Strength, on the other hand, is absolutely essential, at every age. Strength endures and empowers and helps you get through life. Strength inspires. Throughout life we must make ourselves strong and stay strong. Our minds and attitudes, our bodies, and our skin barriers. The sentiment that ‘strength is the new anti-aging’ means staying strong is the key to resilience, and it’s more important to focus on stronger skin barriers than fighting aging.
Is there a beauty product you’ve used your entire life?
First off, I have used plain soap and warm water as a basis for any beauty routine all my life. For a real wake up (especially when I’m working ), I will plunge my face in ice water. I have never slept with makeup on my face and I rarely wear any makeup [during the day] except for professional engagements.
I have used Queen Helene Oil Eye Makeup remover pads since I was 14 — my mother’s advice to avoid crows feet! During my first trip to Mexico in 1965, I was introduced to raw unfiltered virgin coconut oil. It was golden brown and made you smell like a peanut cookie! Since then, I’ve used organic virgin cold-pressed coconut oil or cold-pressed avocado oil religiously, slathering it all over my body after showering each day. Sometimes I use coconut oil or olive oil in my hair as a treatment, [although I apply it] sparingly.
Were you ever guilty of any beauty mistakes over the years?
I didn’t use sunscreen.
What has always been your priority when it comes to your skin?
My goal is clean, clear, well-moisturized skin … all over. Ears, too! I aim for the same ‘clear and clean’ [philosophy] when using makeup. If I can see it laying on my face, I use a dampened sponge to pat it in and make it part of my natural look. I’m learning that, with age, all that sun exposure has resulted in dark spots all over my body. I find those little polka-dots everywhere! If I had it to do over again, I would have used sunscreen all along.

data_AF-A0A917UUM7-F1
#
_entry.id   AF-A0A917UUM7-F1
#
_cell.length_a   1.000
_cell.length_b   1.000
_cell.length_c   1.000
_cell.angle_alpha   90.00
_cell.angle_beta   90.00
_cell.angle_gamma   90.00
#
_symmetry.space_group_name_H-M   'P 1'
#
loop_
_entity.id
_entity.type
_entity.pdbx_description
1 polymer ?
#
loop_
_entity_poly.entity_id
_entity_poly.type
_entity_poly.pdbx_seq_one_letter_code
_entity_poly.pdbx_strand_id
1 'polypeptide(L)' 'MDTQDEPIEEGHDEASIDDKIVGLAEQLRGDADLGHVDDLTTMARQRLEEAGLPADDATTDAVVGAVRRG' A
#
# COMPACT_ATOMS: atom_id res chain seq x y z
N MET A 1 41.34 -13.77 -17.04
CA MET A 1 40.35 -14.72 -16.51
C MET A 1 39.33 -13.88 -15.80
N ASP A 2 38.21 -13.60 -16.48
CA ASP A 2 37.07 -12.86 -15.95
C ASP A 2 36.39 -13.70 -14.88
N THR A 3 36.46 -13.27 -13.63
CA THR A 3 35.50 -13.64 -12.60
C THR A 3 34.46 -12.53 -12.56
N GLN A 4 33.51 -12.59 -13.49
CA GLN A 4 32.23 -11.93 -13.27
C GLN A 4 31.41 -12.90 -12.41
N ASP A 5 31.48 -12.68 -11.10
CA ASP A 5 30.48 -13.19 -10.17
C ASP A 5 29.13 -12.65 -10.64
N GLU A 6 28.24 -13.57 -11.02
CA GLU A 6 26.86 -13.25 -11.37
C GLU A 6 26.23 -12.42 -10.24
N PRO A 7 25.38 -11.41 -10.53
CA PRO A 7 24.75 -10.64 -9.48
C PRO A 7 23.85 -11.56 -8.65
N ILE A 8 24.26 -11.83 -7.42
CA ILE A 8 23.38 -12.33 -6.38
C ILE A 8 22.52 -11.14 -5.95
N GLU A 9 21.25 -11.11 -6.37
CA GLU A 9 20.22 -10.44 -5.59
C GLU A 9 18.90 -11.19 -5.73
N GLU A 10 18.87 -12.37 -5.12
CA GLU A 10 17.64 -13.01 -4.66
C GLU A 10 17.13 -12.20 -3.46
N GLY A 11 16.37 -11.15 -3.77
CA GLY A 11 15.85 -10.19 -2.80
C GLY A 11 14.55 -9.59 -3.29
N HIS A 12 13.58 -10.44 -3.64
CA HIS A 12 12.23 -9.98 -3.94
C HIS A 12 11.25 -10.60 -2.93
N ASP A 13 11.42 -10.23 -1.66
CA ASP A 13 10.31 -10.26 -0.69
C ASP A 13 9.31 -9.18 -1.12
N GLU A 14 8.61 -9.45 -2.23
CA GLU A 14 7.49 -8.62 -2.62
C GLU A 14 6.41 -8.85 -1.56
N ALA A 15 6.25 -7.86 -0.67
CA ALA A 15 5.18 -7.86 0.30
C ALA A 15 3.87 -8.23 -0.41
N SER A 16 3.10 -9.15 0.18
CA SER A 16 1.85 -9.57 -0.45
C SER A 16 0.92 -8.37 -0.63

When do you feel most beautiful?
I feel most beautiful in the company of people I love and who know me for who I am.
What would you tell your 20-year-old self?
Read, read, read! Read four times as many books [as you normally would] — the classics, the greats, and history, starting with Mesopotamia. And please read newspapers. Life is politics. Educate yourself about finances and how to make money grow. Also, don’t waste any time dating anyone you wouldn’t consider as a lifetime mate. Oh, and find a good therapist.
What is the best life advice you’ve ever received ?
The best life advice was from an interpreter on a French film I did in Morocco. She was a princess who had left her son and husband behind to have her freedom, and had wisdom for me. In the film I was required to ride a horse, and I was given a purebred genetic miracle as my steed. I didn’t really know how to ride, but I thought I could just ‘act’ like it. My interpreter saw this and gave me advice that I continue to apply [to this day]. She said, ‘Don’t look down — keep your gaze far and high.’ I strive to look towards the horizon and take it all in to this day.